Jeffco GOP sets application deadline to fill commissioner vacancy after Rosier steps down

Author: Ernest Luning - November 24, 2017 - Updated: November 24, 2017

Jefferson County Commissioner Don Rosier addresses a meeting of the Jefferson County GOP in January 2016, when he was running for the U.S. Senate nomination. He's stepping down as commissioner in January 2018, he announced. (Photo by Ernest Luning/Colorado Politics)Jefferson County Commissioner Don Rosier addresses a meeting of the Jefferson County GOP in January 2016, when he was running for the U.S. Senate nomination. He’s stepping down as commissioner in January 2018, he announced. (Photo by Ernest Luning/Colorado Politics)

Jefferson County Republicans are accepting applications through Dec. 12 to fill an upcoming vacancy on the suburban county’s  board of county commissioners.

The vacancy for the District 3 seat was created when Don Rosier, a Republican serving his second term on the commission, announced last week that he’ll be resigning in early January to head the development of a large planned community in Douglas County.

It’ll be the third time in six years a Jeffco GOP vacancy committee has appointed a county commissioner to fill an unexpired term after an elected commissioner has stepped down.

“We look forward to a fair, open and transparent process that leads to finding another excellent county commissioner who can serve Jefferson County,” said Joe Webb, chairman of the Jefferson County Republicans, in a statement.

One of two Republicans on the three-member commission, Rosier, a civil engineer, was first elected in 2010 and reelected in 2014. He faced term limits after next year’s election, when the seat will be on the ballot.

The lone Republican who has been campaigning for the District 3 seat, RTD Director Tina Francone, told Colorado Politics she intends to apply for the appointment. Lesley Dahlkemper, a former Jefferson County School Board director, is the only Democrat so far running for the seat.

Applicants for the vacancy must be U.S. citizens, at least 18 years old, registered Republicans and residents of District 3 for at least the past 12 months. The district covers Jefferson County south of West Jewell Avenue and south of the foothills communities of Genesee, Kittredge and Idledale. The county GOP has also posted a lengthy questionnaire online that applicants must fill out and submit along with a resume, the party said. The job pays a salary of $87,300.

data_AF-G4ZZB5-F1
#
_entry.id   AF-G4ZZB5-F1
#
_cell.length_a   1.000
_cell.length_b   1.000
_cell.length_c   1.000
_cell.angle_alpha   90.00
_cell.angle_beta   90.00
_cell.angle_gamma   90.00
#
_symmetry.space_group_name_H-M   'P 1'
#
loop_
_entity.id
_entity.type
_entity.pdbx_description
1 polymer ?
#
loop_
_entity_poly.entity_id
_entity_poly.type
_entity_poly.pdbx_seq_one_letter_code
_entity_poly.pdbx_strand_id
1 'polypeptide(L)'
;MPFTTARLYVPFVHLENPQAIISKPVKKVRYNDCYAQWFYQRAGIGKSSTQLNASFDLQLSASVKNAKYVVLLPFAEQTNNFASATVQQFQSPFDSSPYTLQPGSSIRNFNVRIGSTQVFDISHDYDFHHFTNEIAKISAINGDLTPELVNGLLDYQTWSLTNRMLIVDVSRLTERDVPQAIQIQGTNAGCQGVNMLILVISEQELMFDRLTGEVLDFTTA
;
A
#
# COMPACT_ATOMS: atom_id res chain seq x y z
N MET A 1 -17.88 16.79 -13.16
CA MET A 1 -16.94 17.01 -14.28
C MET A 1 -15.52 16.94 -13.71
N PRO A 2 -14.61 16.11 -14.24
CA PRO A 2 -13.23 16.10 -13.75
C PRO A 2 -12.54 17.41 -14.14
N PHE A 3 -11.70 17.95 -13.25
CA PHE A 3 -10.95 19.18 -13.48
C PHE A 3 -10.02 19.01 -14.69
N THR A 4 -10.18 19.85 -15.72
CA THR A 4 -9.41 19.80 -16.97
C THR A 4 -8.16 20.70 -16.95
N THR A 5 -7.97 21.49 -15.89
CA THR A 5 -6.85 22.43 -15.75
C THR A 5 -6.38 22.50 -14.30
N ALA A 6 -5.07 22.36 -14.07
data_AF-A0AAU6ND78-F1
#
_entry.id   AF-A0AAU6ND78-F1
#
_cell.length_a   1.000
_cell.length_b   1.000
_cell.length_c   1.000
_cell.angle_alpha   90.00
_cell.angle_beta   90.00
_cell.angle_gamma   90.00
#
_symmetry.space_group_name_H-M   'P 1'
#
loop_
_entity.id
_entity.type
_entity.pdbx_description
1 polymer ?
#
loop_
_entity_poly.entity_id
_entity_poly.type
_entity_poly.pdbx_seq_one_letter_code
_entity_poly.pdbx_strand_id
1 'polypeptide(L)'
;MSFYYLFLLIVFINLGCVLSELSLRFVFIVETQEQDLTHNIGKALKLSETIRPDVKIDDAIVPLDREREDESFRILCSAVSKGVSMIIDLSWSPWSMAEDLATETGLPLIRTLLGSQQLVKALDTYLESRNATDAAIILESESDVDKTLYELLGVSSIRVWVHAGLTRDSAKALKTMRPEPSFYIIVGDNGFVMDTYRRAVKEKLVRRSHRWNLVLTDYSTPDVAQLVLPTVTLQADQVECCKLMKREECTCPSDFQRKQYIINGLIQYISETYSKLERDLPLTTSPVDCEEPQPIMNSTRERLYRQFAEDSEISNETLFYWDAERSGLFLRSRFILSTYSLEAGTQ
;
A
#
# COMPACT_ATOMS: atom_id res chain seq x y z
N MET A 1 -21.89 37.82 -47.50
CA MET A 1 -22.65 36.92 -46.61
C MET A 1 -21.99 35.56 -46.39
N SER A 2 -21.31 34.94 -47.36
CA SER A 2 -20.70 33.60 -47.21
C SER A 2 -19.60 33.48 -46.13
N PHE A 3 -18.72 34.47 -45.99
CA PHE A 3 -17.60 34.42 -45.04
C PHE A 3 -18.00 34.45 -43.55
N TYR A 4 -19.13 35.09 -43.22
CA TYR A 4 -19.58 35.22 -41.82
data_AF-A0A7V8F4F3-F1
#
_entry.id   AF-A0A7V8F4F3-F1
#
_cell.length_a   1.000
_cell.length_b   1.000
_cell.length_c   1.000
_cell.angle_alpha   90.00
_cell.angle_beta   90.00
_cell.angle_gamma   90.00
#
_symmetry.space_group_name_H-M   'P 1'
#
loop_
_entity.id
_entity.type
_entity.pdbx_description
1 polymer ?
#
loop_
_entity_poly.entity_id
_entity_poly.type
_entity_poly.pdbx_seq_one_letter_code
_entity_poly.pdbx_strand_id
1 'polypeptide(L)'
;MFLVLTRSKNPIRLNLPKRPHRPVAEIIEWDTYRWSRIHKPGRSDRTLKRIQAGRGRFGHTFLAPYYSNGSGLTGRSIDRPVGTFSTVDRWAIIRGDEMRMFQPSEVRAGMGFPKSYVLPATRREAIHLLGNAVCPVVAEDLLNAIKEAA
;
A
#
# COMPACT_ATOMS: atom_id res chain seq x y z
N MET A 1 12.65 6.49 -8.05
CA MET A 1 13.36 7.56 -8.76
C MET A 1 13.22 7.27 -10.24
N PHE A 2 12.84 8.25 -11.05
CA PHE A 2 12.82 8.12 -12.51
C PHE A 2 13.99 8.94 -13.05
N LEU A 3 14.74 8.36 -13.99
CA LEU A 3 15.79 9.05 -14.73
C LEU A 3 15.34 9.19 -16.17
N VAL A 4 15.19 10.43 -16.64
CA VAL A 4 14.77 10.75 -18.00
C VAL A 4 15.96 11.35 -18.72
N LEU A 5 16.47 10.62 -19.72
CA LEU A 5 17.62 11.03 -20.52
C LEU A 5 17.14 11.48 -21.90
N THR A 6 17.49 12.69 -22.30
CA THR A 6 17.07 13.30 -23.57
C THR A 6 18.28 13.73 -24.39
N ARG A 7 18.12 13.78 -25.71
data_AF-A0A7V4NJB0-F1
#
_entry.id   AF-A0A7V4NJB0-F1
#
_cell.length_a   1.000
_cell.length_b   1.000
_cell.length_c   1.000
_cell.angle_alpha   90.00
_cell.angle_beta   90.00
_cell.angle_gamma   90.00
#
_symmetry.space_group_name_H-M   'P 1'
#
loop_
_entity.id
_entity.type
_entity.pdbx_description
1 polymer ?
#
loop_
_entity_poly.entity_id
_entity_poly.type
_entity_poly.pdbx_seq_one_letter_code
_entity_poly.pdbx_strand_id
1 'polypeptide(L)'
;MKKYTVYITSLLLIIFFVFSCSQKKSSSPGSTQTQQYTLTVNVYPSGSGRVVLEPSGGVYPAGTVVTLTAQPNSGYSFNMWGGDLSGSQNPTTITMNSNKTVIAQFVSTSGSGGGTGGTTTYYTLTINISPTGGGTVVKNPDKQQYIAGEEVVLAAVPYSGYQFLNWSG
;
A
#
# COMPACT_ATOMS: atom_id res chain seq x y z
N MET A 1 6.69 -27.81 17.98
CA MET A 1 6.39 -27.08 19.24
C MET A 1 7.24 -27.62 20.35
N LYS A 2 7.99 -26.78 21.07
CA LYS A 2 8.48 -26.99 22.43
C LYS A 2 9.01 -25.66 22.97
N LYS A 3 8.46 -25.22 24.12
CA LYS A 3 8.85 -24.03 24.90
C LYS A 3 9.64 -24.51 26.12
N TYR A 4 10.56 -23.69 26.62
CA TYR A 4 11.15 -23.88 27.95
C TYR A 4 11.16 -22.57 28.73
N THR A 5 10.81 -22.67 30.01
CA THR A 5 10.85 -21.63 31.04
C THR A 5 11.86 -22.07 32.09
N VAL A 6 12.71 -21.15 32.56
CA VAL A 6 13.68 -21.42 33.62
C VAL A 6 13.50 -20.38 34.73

Rosier’s new job will be general manager of the community authority board of Sterling Ranch Community, a 3,400-acre mixed-use, master-planned community in northwest Douglas County that could have as many as 33,000 residents when it’s built out. He mounted a bid for the U.S. Senate seat held by Democrat Michael Bennet last year but didn’t make the primary ballot.

The other two Jeffco commissioners are Democrat Casey Tighe and Republican Libby Szabo, a former state lawmaker who was appointed to fill a vacancy when Republican Faye Griffin resigned as county commissioner after being elected county clerk and recorder in 2014.

The Denver Post editorial board took Griffin to task in a scathing editorial for her latest job-hop, pointing out that it was her second within a few years. After winning election as clerk and recorder in 1998 and and serving two terms, Griffin then won election as county treasurer but left that job mid-term after winning a seat on the county commission — a job she left half-way through her second term when she won the clerk-and-recorder race. (Term limits reset for Griffin because she’d been occupying other county offices for the previous eight years before taking another crack at the clerk and recorder post, which she still holds.)

Tighe became the first Democrat elected to the board in decades in 2012 when he ousted Republican incumbent John Odom, who had been appointed to his seat after Kevin McCasky stepped down mid-term to run the Jefferson County Economic Council, since renamed the Jefferson County Economic Development Corporation . Colorado’s Independent Ethics Commission later ruled McCasky violated state law by failing to disclose he was applying for the economic development job while encouraging the county to approve spending $400,000 with the organization.

Ernest Luning

Ernest Luning

Ernest Luning is a political correspondent for Colorado Politics. He has covered politics and government for newspapers and online news sites in Colorado for more than 25 years, including at the Highlands Ranch Herald, the Jefferson Sentinels chain of community newspapers and the Aurora Sentinel, where he was the city hall and cops reporter. After editing the Aurora Daily Sun, he was a political reporter and blogger for The Colorado Independent site. For nearly a decade, he was a senior political reporter and occasional editor at The Colorado Statesman before the 119-year-old publication merged with Colorado Politics in 2017.